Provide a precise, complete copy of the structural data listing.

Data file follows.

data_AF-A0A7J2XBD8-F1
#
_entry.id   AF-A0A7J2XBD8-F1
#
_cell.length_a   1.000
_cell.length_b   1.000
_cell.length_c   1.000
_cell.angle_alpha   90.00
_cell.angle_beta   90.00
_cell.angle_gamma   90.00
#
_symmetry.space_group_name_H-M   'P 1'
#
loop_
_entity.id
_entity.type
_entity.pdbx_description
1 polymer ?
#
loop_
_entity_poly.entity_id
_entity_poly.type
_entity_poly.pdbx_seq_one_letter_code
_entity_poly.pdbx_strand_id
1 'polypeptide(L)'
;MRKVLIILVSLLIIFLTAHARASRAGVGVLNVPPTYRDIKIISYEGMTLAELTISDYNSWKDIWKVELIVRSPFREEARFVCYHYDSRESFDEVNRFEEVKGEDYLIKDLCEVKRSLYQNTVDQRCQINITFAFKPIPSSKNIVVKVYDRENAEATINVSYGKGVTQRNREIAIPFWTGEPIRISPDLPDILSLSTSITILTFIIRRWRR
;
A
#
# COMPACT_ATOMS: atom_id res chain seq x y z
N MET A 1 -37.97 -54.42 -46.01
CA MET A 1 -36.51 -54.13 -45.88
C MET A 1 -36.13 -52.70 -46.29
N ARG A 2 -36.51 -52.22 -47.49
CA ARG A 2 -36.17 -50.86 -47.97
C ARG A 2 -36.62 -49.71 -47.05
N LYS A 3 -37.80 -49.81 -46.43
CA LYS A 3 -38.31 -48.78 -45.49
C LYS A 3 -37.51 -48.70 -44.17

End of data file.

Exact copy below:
data_AF-A0A7J2XBD8-F1
#
_entry.id   AF-A0A7J2XBD8-F1
#
_cell.length_a   1.000
_cell.length_b   1.000
_cell.length_c   1.000
_cell.angle_alpha   90.00
_cell.angle_beta   90.00
_cell.angle_gamma   90.00
#
_symmetry.space_group_name_H-M   'P 1'
#
loop_
_entity.id
_entity.type
_entity.pdbx_description
1 polymer ?
#
loop_
_entity_poly.entity_id
_entity_poly.type
_entity_poly.pdbx_seq_one_letter_code
_entity_poly.pdbx_strand_id
1 'polypeptide(L)'
;MRKVLIILVSLLIIFLTAHARASRAGVGVLNVPPTYRDIKIISYEGMTLAELTISDYNSWKDIWKVELIVRSPFREEARFVCYHYDSRESFDEVNRFEEVKGEDYLIKDLCEVKRSLYQNTVDQRCQINITFAFKPIPSSKNIVVKVYDRENAEATINVSYGKGVTQRNREIAIPFWTGEPIRISPDLPDILSLSTSITILTFIIRRWRR
;
A
#
# COMPACT_ATOMS: atom_id res chain seq x y z
N MET A 1 -37.97 -54.42 -46.01
CA MET A 1 -36.51 -54.13 -45.88
C MET A 1 -36.13 -52.70 -46.29
N ARG A 2 -36.51 -52.22 -47.49
CA ARG A 2 -36.17 -50.86 -47.97
C ARG A 2 -36.62 -49.71 -47.05
N LYS A 3 -37.80 -49.81 -46.43
CA LYS A 3 -38.31 -48.78 -45.49
C LYS A 3 -37.51 -48.70 -44.17